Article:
adjective Also cryp·ti·cal.
Examples from the Web for cryptic
Even as early as December 4, remarks from inside the bubble were cryptic and frightened.Pyongyang Shuffle: Hollywood In Dead Panic Over Sony Hack|James Poulos|December 19, 2014|DAILY BEAST
He was like some cryptic English-Chekhovian figure, playing out the last days of his private, imagined Raj.Alfred Hitchcock’s Fade to Black: The Great Director’s Final Days|David Freeman|December 13, 2014|DAILY BEAST
Kurant has crafted a new, cryptic narrative in which the three redundant characters come together in a wrecking yard.
I also think Damian Lewis's performance was stellar in episode after episode: vivid, cryptic, and (against all odds) believable.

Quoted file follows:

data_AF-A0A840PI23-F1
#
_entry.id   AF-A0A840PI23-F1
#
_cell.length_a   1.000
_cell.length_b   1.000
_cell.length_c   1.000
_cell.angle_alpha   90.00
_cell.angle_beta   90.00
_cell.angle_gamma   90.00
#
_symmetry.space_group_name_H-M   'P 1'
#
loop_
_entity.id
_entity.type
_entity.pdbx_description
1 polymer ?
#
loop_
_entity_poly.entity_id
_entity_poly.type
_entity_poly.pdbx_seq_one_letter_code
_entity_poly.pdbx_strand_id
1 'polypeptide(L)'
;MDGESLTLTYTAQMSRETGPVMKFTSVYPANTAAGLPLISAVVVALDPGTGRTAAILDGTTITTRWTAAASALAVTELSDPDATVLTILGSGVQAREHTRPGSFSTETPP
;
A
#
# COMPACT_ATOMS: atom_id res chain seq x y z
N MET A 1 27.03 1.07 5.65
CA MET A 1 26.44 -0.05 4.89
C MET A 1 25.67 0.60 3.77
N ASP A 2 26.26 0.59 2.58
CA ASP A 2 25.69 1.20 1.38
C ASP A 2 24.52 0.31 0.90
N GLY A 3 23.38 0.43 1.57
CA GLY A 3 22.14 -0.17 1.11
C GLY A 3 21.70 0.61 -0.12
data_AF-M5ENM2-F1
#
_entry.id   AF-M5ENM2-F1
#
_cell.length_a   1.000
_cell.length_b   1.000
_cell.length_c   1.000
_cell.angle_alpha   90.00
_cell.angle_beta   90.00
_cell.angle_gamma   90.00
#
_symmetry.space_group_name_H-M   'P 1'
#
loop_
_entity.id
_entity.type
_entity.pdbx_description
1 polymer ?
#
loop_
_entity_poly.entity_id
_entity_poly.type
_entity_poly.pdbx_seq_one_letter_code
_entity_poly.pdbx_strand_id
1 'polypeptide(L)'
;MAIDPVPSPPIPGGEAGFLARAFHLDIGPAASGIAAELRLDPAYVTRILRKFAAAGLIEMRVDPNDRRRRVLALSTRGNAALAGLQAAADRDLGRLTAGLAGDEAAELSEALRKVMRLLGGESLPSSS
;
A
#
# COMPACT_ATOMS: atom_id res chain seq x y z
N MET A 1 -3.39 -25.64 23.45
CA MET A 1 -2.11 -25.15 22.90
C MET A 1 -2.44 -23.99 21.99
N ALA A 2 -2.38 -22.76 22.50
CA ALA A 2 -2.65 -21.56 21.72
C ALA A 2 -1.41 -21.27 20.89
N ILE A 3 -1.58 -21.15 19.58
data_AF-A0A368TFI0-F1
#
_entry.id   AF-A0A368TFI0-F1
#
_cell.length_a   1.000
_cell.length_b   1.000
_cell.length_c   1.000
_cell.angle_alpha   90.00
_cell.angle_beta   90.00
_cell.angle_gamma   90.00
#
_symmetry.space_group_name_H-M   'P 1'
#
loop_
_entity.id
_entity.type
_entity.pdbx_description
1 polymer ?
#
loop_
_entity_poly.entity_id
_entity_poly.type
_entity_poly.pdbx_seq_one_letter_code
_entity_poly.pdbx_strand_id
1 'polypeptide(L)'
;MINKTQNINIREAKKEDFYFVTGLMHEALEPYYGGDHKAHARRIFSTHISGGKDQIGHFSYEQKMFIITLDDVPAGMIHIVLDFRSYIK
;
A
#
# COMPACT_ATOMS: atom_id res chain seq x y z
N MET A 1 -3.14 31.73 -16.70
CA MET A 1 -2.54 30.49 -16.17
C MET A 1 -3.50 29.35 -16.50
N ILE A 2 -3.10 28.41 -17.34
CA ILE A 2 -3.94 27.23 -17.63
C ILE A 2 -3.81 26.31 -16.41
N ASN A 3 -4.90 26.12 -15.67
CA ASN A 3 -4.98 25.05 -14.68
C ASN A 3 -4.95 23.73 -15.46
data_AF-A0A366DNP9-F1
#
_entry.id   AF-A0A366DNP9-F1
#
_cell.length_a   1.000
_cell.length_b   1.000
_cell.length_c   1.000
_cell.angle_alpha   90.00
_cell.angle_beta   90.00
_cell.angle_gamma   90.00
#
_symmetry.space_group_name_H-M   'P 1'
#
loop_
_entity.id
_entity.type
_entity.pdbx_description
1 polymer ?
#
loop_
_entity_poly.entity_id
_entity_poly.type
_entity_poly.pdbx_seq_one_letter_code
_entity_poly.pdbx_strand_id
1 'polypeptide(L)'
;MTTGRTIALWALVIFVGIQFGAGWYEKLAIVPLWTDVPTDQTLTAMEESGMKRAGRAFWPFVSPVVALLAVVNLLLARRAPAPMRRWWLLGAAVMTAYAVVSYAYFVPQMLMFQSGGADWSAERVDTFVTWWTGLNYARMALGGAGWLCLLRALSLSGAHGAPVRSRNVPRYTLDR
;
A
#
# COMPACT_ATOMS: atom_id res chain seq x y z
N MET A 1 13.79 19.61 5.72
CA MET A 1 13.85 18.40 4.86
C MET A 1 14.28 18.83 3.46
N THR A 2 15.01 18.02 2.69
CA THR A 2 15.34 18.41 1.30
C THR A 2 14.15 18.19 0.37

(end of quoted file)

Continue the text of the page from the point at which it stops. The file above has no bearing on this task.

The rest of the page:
She wants an explanation of the cryptic glares and whispers, but they disappear.
I confess I prefer Laforgue, who at his most cryptic is never so wildly tantalising as Rimbaud.Ivory Apes and Peacocks|James Huneker
It is no longer a detail of the Strand, but a cryptic symbol of human life.Prose Fancies (Second Series)|Richard Le Gallienne
They were a solid maze of unknown symbols and cryptic charts.Planet of the Damned|Harry Harrison
And perhaps—or perhaps not—his British brain some day unraveled the meaning of cryptic retort.Superwomen|Albert Payson Terhune
While the two men watched, Judith read back the cryptic information interpolated by the ship's mass-proximity detector.The Women-Stealers of Thrayx|Fox B. Holden
British Dictionary definitions for cryptic
Word Origin for cryptic
Word Origin and History for cryptic
1630s, "hidden, occult, mystical," from Late Latin crypticus, from Greek kryptikos "fit for concealing," from kryptos "hidden" (see crypt). Meaning "mysterious, enigmatic" is recorded from 1920. Related: Cryptically.